Simon invited Leroy to submit articles for publication back in 2013 to articulate how Krip Hop Nation was linking up and working with African artists. In 2014, an attempt by Krip Hop Nation and THISABILITY to work on an international disability arts festival almost came to fruition. Unfortunately, the dream was never realized due to funding constraints.

Simon and Leroy kept in contact and they both reprogrammed the international disability arts festival idea to a tour around South Africa to interview and profile creatives with disabilities. They put up crowdfunding calls that enabled Leroy to make an early bird ticket of $400 from New York to Johannesburg!

More funding came through from a grant by Arts and Culture Trust under the Nedbank Arts Affinity.

On Dec. 3, 2016, at 8:30 a.m., Leroy landed on South African soil! The dream had been realized.

On the first encounter, it was all hugs and a sit-down to plan the tour. The day was the International Day for Persons with Disabilities and already there was a schedule to watch a musical play that evening in Durban. The play, “In Blood,” features a cast of 100 actors with disabilities, and it marked the start of this epic journey.

The rest of the schedule was to pan out as follows:

  • 4-11, 2016: Johannesburg, Pretoria and surrounds
  • 12-15: Durban
  • 16-20: East London
  • 21: Port Elizabeth
  • 22-26: Cape Town
  • 26-28: Johannesburg, Pretoria and surrounds

The home of the first democratically elected president of South Africa, Nelson Mandela, is a popular tourist stop in Soweto.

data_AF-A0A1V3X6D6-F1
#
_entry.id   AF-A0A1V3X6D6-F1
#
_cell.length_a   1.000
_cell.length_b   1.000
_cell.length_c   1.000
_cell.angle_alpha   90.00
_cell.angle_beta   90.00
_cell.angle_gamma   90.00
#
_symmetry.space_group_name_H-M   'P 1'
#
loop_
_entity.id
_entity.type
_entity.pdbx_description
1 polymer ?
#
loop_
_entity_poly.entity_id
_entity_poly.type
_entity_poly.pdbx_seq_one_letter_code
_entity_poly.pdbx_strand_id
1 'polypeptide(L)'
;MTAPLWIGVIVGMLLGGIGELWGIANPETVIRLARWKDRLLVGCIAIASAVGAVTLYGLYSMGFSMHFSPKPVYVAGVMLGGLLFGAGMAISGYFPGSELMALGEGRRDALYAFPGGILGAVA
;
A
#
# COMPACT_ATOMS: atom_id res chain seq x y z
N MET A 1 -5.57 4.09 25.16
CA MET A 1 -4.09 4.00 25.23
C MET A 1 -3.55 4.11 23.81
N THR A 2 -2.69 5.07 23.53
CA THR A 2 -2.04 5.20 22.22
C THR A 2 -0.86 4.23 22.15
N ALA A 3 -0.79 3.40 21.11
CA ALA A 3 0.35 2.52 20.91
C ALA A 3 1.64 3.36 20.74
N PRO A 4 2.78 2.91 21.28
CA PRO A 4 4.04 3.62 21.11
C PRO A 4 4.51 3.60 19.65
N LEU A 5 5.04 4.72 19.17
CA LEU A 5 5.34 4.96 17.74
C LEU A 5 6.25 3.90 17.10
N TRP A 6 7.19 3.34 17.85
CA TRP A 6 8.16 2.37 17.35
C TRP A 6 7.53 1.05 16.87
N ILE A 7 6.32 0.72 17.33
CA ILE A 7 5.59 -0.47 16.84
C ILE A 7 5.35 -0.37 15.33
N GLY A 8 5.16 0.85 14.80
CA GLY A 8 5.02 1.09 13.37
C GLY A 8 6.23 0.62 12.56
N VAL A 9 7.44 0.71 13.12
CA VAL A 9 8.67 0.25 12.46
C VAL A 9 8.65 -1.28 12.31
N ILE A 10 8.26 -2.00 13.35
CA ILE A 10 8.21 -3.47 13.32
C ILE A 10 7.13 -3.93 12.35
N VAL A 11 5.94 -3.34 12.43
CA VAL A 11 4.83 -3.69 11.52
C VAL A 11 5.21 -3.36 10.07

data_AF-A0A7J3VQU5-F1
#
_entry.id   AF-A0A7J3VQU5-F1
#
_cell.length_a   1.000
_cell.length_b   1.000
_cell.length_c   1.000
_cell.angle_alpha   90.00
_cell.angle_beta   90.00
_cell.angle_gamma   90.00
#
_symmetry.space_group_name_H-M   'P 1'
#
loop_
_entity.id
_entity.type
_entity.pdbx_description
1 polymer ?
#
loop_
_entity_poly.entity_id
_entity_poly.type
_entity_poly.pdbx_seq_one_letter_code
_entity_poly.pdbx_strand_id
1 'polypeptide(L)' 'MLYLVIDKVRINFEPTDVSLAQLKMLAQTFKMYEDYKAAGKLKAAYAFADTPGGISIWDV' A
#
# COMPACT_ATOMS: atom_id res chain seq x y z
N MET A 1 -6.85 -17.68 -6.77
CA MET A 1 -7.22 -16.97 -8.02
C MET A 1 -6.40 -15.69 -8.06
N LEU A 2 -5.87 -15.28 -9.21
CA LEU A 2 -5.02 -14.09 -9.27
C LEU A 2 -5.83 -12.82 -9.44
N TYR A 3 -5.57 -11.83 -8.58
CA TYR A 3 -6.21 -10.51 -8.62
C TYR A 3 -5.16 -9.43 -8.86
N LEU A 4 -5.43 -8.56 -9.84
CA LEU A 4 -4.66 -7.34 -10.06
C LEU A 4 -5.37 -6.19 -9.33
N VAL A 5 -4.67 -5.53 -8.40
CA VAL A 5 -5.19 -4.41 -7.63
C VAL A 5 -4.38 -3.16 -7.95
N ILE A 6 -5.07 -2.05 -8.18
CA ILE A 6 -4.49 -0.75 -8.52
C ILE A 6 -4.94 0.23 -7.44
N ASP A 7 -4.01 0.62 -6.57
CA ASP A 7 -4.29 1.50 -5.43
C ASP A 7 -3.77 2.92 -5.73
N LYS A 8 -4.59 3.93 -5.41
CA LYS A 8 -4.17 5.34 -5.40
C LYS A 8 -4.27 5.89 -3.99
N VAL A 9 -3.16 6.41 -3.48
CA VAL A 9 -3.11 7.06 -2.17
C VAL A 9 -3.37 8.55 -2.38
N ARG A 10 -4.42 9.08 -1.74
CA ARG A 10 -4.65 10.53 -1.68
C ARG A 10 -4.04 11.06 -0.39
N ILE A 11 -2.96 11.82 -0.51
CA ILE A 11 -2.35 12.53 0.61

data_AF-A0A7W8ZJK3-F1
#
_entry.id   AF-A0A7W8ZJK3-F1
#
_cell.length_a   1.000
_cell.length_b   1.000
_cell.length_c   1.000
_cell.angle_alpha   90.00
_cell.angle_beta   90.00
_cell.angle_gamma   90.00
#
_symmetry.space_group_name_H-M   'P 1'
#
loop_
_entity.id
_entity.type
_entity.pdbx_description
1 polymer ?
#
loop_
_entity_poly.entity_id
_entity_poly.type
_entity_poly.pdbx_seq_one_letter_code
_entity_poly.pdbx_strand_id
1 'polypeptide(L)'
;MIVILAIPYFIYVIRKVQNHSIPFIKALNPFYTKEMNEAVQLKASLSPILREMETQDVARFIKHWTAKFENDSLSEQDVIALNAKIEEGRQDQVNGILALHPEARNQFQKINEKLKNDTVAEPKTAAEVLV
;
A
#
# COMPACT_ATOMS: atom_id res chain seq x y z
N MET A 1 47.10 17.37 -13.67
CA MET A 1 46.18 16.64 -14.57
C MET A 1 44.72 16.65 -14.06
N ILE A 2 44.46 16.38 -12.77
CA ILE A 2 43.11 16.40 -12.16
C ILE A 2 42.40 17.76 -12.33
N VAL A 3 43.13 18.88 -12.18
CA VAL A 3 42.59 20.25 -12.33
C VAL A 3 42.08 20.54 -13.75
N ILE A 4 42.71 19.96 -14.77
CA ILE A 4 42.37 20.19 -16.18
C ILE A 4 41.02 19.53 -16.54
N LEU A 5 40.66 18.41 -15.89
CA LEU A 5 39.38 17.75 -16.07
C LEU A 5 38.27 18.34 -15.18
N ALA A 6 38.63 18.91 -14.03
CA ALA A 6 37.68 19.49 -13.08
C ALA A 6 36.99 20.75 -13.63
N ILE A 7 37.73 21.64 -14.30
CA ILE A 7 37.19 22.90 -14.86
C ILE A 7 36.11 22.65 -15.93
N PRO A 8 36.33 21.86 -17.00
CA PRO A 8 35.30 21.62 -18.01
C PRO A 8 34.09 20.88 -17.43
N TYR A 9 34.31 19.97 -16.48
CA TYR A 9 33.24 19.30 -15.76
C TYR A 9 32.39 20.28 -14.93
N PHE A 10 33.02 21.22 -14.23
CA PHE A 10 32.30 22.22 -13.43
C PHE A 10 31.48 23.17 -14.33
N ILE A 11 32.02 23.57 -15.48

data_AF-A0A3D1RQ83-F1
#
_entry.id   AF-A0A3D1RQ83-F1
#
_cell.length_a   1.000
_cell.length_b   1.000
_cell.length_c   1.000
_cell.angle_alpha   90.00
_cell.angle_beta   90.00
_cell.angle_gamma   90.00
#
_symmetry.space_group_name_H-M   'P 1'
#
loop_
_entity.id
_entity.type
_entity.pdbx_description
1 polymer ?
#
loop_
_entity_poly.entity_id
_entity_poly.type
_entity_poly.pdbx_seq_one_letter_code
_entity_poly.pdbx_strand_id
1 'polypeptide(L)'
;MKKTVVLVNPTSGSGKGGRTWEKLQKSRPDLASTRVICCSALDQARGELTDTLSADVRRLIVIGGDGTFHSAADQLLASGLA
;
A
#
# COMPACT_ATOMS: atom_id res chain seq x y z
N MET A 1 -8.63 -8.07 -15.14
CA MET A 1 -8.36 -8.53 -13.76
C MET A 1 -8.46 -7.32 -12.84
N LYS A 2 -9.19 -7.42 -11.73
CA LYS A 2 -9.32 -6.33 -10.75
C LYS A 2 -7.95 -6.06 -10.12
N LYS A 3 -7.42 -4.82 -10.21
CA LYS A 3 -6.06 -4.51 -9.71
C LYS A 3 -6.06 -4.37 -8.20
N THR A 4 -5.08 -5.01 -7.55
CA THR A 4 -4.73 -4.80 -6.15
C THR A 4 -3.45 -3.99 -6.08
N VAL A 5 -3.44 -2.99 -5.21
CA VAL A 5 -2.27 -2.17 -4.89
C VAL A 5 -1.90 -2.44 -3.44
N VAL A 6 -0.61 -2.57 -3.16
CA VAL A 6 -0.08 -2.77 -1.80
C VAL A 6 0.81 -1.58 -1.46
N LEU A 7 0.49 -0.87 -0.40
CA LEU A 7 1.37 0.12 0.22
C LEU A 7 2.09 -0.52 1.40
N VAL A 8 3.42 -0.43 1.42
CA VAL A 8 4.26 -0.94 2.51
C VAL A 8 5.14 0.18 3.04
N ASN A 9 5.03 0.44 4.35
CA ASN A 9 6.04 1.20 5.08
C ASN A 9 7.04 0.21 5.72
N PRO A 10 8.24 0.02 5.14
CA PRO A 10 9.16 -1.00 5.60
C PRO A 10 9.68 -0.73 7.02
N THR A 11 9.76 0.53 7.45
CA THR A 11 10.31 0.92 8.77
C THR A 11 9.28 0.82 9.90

As Simon and Leroy went through a rough draft of 70 profiles spread across these cities, they realized that a lot more time is needed. Hence a second phase is planned for August 2017 and possibly one month per year thereafter until the profiling of urban and rural artists across South Africa and beyond is complete.

On this first phase, Simon and Leroy interviewed too many different disabled, especially deaf, artists to share, but I must tell you about a few that stuck out for me:

First was the first deaf South African actress on mainstream television, Simphiwe Mkhize, who now works at eDEAF Center in Johannesburg. Toward the end of the interview she told me that deaf South Africans were not invited to be involved in the Truth and Reconciliation Commission (TRC).

Second was the whole day in Soweto, where Simon brought me to a big book and poetry event under a huge tent, where I sat next to and talked with real elder poets who are royalty in activism and poetry. I’m talking about Bra Don Mattera, Lebo Mashile, Sis Gcina Mhlophe, Vangi Gantsho, Sis Florence Masebe.